Compound 5

2-{6-[3(R)-Amino-piperidin-1-yl]-3-ethyl-2,4-dioxo-3,4-dihydro-2H-pyrimidin-1-ylmethyl}-benzonitrile TFA salt (5). The title compound, 5, was prepared from compound 2 using the procedures described in the preparation of compounds 3 and 4, except that ethyl bromide was used in place of iodomethane. 1H-NMR (400 MHz, CDCl3-CD3OD 10:1): δ 7.66 (d, J=7.8 Hz, 1 H), 7.59 (td, J=7.8, 1.4 Hz, 1 H), 7.40 (t, J=7.6 Hz, 1 H), 7.26 (d, J=7.6 Hz, 1 H), 5.41 (s, 1 H), 5.13-5.23 (ABq, 2H, J=41.6, 15.2 Hz), 3.91 (q, J=7.1 Hz, 2 H), 3.37 (m, 2 H), 2.87-2.98 (m, 2 H), 2.70 (m, 1 H), 2.12 (m, 1 H), 1.88 (m, 1 H), 1.67 (m, 2 H), 1.15 (t, J=6.9 Hz, 3 H). MS (ES) [m+H] calc'd for C19H24N5O2, 354.2; found, 354.2.

Compound 6

2-{6-[3(R)-Amino-piperidin-1-yl]-2,4-dioxo-3,4-dihydro-2H-pyrimidin-1-ylmethyl}-benzonitrile (6). The title compound 6 was prepared from compound 2 by the procedure used in the preparation of compound 4. 1H-NMR (400 MHz, CDCl3-CD3OD 10:1): δ 7.65 (d, J=7.5 Hz, 1 H), 7.58 (t, J=7.8 Hz, 1 H), 7.39 (t, J=7.5 Hz, 1 H), 7.27 (d, J=7.8 Hz, 1 H), 5.32 (s, 1 H), 5.13-5.13 (ABq, 2H, J=30.0, 15.0 Hz), 3.39 (m, 2 H), 2.95 (m, 2 H), 2.69 (m, 1 H), 2.12 (m, 1 H), 1.85 (m, 1 H), 1.64 (m, 2 H). MS (ES) [m+H] calc'd for C17H20N5O2, 326.2; found, 326.2.

Compound 7

2-{6-[3(R)-Amino-piperidin-1-yl]-5-chloro-3-methyl-2,4-dioxo-3,4-dihydro-2H-pyrimidin-1-ylmethyl}-benzonitrile (7). Compound 4 (40 mg, 0.1 mmol) in CHCl3 (2 mL) was treated with SOCl2 (200 μL) at 100° C. for 30 min, concentrated, and then purified by LC-MS to give the title compound 7. 1H-NMR (400 MHz, CDCl3-CD3OD 10:1): δ 7.73 (d, J=7.6 Hz, 1 H), 7.64 (t, J=7.6 Hz, 1 H), 7.45 (t, J=7.6 Hz, 1 H), 7.14 (d, J=8.1 Hz, 1 H), 5.32-5.42 (m, 2 H), 3.43 (s, 3 H), 3.33-3.40 (m, 2 H), 3.17 (m, 2 H), 2.87 (s, 1 H), 2.08 (m, 1 H), 1.70 (m, 1 H), 1.32-1.43 (m, 2 H). MS (ES) [m+H] calc'd for C18H21ClN5O2, 374.1; found, 374.1.

Compound 8

6-[3 (R)-Amino-piperidin-1-yl]-1-(2-bromo-benzyl)-1H-pyrimidine-2,4-dione (8). The title compound was prepared in two steps. The first step was accomplished using the procedure for the preparation of compound 2, except that 2-bromobenzylbromide was used in the place of α-Bromo-o-tolunitrile. The crude product was then converted to the title compound by the method used in the preparation of compound 4. 1H-NMR (400 MHz, CDCl3-CD3OD 10:1): δ 7.52 (d, J=8.1 Hz, 1 H), 7.24 (t, J=7.8 Hz, 1 H), 7.10 (t, J=7.8 Hz, 1 H), 6.89 (d, J=7.579 Hz, 1 H), 5.27 (s, 1 H), 4.92-5.04 (ABq, J=34.1, 15.0 Hz, 2 H), 3.27 (bd, J=10.4 Hz, 1 H), 3.09-3.18 (m, 1 H), 2.89 (m, 1 H), 2.70 (t, J=10.9 Hz, 1 H), 2.48 (t, J=12.0 Hz, 1 H), 2.03 (m, 1 H), 1.60-1.71 (m, 1 H), 1.42-1.53 (m, 2 H). MS (ES) [m+H] calc'd for C16H20BrN4O2, 379.1; found, 379.1.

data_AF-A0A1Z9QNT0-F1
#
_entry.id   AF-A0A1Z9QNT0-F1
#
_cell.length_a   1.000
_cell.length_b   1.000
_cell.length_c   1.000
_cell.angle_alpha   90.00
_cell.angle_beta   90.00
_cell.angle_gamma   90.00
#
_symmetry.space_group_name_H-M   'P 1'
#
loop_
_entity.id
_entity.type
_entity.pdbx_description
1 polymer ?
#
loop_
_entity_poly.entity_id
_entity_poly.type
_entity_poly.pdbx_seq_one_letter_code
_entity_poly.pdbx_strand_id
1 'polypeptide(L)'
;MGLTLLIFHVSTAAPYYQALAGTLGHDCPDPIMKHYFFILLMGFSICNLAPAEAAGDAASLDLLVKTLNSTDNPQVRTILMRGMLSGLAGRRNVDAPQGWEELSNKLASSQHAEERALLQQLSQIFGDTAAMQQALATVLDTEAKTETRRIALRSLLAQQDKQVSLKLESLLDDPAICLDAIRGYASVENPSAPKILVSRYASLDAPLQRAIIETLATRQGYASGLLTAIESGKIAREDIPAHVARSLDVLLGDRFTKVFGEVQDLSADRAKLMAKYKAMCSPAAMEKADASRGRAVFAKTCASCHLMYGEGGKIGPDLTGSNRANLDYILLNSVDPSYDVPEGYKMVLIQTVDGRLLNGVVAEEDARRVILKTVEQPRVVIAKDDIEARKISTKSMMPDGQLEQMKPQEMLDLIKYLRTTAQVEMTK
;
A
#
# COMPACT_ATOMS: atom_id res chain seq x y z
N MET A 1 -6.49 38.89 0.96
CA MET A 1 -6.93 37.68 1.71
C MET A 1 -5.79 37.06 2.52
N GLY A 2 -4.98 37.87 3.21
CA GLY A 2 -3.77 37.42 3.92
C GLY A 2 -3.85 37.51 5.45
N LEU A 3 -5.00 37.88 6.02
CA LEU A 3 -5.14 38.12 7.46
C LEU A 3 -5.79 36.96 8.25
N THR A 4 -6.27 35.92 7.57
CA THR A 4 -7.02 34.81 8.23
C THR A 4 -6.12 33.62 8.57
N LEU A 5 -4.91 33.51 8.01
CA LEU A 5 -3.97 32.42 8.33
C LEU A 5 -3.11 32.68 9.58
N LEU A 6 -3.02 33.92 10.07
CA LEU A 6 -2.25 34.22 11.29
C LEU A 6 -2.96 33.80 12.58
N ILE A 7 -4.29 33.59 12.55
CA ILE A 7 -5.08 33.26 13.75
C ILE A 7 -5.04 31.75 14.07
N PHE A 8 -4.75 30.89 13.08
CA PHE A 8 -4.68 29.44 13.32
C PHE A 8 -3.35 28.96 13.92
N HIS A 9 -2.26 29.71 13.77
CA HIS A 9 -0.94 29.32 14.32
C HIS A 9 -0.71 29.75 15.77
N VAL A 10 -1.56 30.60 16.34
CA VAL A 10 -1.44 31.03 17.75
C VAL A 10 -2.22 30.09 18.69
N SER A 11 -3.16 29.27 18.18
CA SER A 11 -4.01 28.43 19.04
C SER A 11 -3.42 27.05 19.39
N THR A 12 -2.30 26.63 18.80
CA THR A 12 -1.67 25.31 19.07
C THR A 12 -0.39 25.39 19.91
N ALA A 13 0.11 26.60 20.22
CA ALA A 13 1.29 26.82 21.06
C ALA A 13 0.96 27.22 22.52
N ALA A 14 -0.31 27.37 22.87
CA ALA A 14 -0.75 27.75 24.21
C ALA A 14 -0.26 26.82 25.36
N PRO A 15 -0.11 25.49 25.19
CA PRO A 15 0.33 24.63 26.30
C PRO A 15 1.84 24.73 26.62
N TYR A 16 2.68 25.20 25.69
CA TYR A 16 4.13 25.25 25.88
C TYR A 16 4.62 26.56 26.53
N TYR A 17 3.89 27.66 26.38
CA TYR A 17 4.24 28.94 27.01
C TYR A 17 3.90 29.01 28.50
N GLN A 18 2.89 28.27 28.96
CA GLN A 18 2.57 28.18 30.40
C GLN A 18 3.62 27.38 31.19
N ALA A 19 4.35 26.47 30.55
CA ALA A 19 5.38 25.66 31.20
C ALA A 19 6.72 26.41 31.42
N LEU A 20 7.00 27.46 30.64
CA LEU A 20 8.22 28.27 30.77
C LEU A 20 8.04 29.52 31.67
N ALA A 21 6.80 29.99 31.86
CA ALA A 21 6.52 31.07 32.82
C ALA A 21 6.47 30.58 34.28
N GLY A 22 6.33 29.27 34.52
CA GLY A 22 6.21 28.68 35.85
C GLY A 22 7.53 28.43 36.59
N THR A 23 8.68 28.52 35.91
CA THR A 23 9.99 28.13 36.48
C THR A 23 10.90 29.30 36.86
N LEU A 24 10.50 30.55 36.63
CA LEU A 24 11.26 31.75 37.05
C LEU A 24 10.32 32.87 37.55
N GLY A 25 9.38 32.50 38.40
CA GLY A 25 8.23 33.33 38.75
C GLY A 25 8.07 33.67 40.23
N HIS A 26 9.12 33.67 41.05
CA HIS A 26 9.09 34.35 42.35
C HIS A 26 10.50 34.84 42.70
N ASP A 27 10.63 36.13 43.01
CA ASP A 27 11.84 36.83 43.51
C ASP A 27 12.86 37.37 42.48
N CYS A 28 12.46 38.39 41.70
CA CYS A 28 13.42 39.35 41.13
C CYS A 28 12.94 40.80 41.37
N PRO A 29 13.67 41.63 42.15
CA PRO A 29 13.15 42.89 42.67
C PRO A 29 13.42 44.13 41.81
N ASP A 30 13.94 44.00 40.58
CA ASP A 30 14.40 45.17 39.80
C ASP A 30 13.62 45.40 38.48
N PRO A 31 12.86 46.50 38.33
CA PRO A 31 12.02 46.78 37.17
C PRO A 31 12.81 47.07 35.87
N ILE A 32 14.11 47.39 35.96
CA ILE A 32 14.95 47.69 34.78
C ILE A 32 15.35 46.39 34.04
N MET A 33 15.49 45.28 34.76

Compound 9

6-[3 (R)-Amino-piperidin-1-yl]-1-(2-iodo-benzyl)-1H-pyrimidine-2,4-dione (9). The title compound was prepared by the procedure described in the preparation of compound 8, except that 2-iodobenzyl chloride was used as the benzylating reagent. 1H-NMR (400 MHz, CDCl3-CD3OD 10:1): δ 7.76 (d, J=7.6 Hz, 1 H), 7.21 (t, J=7.3 Hz, 1 H), 6.89 (t, J=7.2 Hz, 1 H), 6.79 (d, J=7.3 Hz, 1 H), 5.26 (s, 1 H), 4.79-4.92 (ABq, J=34.1, 6.7.0 Hz, 2H), 3.27 (m, 1 H), 3.13 (s, 1 H), 2.85 (d, J=11.6 Hz, 1 H), 2.70 (m, 1 H), 2.41 (m, 1 H), 2.02 (m, 1 H), 1.60 (m, 1 H), 1.45 (m, 2 H). MS (ES) [m+H] calc'd for C16H20IN4O2, 427.1; found, 427.1.

Compound 10

6-[3 (R)-Amino-piperidin-1-yl]-1-(2-bromo-5-fluoro-benzyl)-3-methyl-1H-pyrimidine-2,4-dione (10). To a solution of 6-chlorouracil (220 mg, 1.5 mmol) in a mixture of dry DMF-DMSO (6:1, 5 mL) under nitrogen at 0° C., was added sodium hydride (60%, 61 mg, 1.8 mmol) in portions. After 0.5 h, lithium bromide (83 mg, 1 mmol) was added and the mixture was stirred for 15 min at 0° C. A solution of 2-bromo-5-fluoro-benzyl bromide (497 mg, 1.8 mmol) in DMF (30 mL) was added dropwise, and stirred at this temperature for 1 h, and then RT overnight. The mixture was evaporated and co-evaporated with water in vacuo to remove most of the DMF, and then poured into ice-water. The precipitate was collected by filtration, and then suspended in cold MeOH and filtered. The solution was concentrated to give the crude monobenzylated product.